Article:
Whole grains are good sources of fiber and other nutrients that play a role in regulating blood pressure and heart health. You can increase the amount of whole grains in a heart-healthy diet by making simple substitutions for refined grain products. Or be adventuresome and try a new whole grain, such as whole-grain couscous, quinoa or barley. But, just like the fruits and vegetables discussed above, there are good and bad sources with whole grain too.  Remember that white, refined flour and white bread are bad while whole wheat flour and bread (or whole grain bread) are good.  Cereal high in fiber is good while muffins, frozen waffles, doughnuts, biscuits, and granola bars are bad for you.  You should probably ask your doctor about what diet would be best for you. 

Everyone should limit unhealthy fats and cholesterol as an important step to reduce your blood cholesterol and lower your risk of coronary artery disease. A high blood cholesterol level can lead to a buildup of plaques in your arteries called atherosclerosis which can increase your risk of heart attack and stroke. The American Heart Association offers these guidelines for how much fat and cholesterol to include in a heart-healthy diet:

-Saturated fat: Less than 7% of your total daily calories, or less than 14 g of saturated fat if you follow a 2,000-calorie-a-day diet

-Trans fat: Less than 1% of your total daily calories, or less than 2 g of trans fat if you follow a 2,000-calorie-a-day diet

-Cholesterol: Less than 300 mg a day for healthy adults; less than 200 mg a day for adults with high levels of LDL ("bad") cholesterol or those who are taking cholesterol-lowering medication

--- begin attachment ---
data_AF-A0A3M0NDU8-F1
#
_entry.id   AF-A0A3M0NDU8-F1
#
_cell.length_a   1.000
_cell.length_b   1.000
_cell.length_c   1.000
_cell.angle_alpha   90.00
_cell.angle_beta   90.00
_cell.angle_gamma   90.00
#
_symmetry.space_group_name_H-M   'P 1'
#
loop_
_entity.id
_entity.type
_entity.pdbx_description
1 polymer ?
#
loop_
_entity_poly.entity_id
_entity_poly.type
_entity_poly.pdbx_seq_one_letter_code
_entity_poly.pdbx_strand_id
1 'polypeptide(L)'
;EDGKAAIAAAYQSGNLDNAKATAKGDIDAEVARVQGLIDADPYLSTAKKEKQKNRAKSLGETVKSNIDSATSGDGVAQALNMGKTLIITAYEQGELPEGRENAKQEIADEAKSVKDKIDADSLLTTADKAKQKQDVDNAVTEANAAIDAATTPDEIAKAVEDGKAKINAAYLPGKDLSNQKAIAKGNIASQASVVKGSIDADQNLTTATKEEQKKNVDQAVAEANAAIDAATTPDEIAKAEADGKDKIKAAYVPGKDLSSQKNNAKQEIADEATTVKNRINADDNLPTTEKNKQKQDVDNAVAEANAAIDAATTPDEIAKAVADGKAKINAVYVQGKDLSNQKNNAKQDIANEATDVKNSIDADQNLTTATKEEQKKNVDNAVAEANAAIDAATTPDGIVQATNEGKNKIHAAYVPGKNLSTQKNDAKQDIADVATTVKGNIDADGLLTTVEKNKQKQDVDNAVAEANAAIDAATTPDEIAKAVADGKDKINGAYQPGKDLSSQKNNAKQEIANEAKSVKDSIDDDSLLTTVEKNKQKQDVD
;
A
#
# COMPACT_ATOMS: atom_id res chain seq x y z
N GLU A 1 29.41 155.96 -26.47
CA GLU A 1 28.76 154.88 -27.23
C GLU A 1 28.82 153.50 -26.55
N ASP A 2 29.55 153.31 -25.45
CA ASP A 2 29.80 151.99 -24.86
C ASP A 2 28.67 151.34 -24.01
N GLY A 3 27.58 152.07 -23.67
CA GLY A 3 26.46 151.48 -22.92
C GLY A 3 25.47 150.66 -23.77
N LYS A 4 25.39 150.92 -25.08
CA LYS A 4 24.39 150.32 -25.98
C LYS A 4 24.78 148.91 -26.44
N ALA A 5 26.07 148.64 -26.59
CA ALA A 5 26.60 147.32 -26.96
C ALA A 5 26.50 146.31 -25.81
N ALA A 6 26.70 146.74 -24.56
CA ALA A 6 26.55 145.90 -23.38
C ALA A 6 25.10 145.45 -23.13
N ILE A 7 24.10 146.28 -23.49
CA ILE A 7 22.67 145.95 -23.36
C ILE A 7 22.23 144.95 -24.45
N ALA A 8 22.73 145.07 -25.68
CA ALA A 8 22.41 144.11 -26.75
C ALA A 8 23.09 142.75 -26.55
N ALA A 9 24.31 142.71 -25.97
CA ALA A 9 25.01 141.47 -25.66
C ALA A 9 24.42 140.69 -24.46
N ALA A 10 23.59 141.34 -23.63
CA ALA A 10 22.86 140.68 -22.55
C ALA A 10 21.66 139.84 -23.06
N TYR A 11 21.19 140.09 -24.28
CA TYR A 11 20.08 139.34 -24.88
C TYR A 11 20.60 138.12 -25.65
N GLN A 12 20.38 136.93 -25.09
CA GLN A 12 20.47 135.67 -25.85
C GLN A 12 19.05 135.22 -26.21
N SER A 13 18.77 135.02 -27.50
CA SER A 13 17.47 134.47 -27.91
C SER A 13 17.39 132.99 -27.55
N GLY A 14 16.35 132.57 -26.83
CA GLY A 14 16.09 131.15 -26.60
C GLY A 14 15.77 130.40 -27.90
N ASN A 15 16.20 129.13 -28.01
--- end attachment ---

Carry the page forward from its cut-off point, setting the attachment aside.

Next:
The best way to reduce saturated and trans fats in your diet is to limit the amount of solid fats — butter, margarine and shortening — you add to food when cooking and serving. You can also reduce the amount of saturated fat in your diet by trimming fat off your meat or choosing lean meats with less than 10 percent fat. You can also use low-fat substitutions when possible for a heart-healthy diet. When you do use fats, choose monounsaturated fats, such as olive oil or canola oil. Polyunsaturated fats, found in nuts and seeds, also are good choices for a heart-healthy diet. When used in place of saturated fat, monounsaturated and polyunsaturated fats may help lower your total blood cholesterol. But moderation is essential. All types of fat are high in calories.  Per The American Heart Association, here are the fats to choose: Olive oil, Canola Oil, Margarine free of trans fat.  And fats to limit are: Butter, Lard, Bacon Fat, Gravy, Cream Sauce, Non-dairy creamer, Hydrogenated margarine & shortening, Cocoa Butter, Coconut, palm, cottonseed and pal-kernel oils.  

Keep watching our blog because we LOVE you and we want you to be our Valentines!

All month long we are going to highlight ways to keep a healthy heart for yourself and the ones you love! Follow us on facebook for posts about healthy heart tips too; 

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Thanks to Susan Monti for her words of wisdom!